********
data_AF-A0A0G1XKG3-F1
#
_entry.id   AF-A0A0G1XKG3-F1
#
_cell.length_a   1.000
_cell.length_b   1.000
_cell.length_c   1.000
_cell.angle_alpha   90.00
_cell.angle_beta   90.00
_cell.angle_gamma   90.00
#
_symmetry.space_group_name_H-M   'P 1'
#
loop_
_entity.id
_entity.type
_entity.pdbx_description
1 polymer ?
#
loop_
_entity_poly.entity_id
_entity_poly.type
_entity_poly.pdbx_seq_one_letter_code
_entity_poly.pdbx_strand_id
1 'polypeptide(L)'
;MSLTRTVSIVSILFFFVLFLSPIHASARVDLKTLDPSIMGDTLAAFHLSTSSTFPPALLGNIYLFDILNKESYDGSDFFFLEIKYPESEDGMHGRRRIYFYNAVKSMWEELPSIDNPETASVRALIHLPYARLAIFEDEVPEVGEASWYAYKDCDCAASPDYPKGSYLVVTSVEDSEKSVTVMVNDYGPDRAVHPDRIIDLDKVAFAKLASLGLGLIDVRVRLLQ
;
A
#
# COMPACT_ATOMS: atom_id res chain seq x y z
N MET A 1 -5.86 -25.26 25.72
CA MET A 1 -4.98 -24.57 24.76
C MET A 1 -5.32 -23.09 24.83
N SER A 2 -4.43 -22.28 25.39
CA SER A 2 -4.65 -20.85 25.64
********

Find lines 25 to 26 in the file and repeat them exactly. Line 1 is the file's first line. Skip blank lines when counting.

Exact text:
1 'polypeptide(L)'
;MSLTRTVSIVSILFFFVLFLSPIHASARVDLKTLDPSIMGDTLAAFHLSTSSTFPPALLGNIYLFDILNKESYDGSDFFFLEIKYPESEDGMHGRRRIYFYNAVKSMWEELPSIDNPETASVRALIHLPYARLAIFEDEVPEVGEASWYAYKDCDCAASPDYPKGSYLVVTSVEDSEKSVTVMVNDYGPDRAVHPDRIIDLDKVAFAKLASLGLGLIDVRVRLLQ